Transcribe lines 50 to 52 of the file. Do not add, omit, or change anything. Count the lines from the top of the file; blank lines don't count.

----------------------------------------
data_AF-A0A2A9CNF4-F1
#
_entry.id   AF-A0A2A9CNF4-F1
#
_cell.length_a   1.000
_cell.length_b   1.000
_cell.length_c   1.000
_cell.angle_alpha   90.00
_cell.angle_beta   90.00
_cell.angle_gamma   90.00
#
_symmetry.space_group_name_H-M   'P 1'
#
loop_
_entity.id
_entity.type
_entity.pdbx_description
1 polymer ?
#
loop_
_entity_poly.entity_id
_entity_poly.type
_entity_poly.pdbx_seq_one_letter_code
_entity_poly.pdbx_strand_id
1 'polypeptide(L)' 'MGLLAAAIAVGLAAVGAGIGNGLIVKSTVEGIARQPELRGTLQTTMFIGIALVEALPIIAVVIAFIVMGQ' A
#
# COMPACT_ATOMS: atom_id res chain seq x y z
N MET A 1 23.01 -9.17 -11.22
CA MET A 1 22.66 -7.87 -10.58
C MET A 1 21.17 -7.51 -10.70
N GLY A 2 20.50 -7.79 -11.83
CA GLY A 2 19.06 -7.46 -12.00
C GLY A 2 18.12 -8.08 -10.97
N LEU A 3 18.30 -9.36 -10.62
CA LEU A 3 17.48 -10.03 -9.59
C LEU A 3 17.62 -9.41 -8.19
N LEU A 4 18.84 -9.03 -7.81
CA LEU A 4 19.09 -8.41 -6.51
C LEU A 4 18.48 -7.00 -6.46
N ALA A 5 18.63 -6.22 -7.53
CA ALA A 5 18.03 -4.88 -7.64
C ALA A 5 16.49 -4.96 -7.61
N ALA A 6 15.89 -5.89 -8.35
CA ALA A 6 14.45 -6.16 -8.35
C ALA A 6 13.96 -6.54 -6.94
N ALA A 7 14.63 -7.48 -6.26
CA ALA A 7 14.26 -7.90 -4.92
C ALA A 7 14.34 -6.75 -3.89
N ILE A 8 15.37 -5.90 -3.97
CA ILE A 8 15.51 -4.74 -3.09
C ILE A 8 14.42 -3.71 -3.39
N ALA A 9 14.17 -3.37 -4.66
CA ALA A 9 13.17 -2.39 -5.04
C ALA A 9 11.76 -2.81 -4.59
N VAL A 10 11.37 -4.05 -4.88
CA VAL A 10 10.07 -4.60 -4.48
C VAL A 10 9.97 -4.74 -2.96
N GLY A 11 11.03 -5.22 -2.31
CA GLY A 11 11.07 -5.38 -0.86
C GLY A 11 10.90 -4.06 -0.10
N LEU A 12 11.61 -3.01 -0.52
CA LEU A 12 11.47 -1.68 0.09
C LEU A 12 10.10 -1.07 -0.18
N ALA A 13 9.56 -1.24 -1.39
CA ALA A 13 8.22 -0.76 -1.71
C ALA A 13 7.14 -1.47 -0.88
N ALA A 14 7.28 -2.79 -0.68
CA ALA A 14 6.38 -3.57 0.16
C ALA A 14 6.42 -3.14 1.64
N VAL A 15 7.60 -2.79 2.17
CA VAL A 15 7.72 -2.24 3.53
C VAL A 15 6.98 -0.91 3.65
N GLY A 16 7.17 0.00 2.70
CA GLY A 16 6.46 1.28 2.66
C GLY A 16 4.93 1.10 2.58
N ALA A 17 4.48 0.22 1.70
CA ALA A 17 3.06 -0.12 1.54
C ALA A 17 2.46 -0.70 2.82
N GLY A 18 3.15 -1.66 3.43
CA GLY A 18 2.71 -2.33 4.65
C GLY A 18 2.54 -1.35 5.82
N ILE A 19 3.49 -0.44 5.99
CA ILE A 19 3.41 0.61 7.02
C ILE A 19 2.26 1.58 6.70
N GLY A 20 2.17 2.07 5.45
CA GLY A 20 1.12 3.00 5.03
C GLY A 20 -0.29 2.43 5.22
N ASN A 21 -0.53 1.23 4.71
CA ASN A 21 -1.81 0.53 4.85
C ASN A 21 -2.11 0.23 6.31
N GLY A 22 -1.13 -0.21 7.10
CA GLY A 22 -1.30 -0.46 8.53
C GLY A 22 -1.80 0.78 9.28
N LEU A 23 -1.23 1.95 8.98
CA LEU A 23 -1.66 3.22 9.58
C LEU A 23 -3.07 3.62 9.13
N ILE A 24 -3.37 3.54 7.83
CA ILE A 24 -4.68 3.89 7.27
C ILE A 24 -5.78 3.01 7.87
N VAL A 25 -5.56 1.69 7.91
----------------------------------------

CA ILE A 8 15.51 -4.74 -3.09
C ILE A 8 14.42 -3.71 -3.39
N ALA A 9 14.17 -3.37 -4.66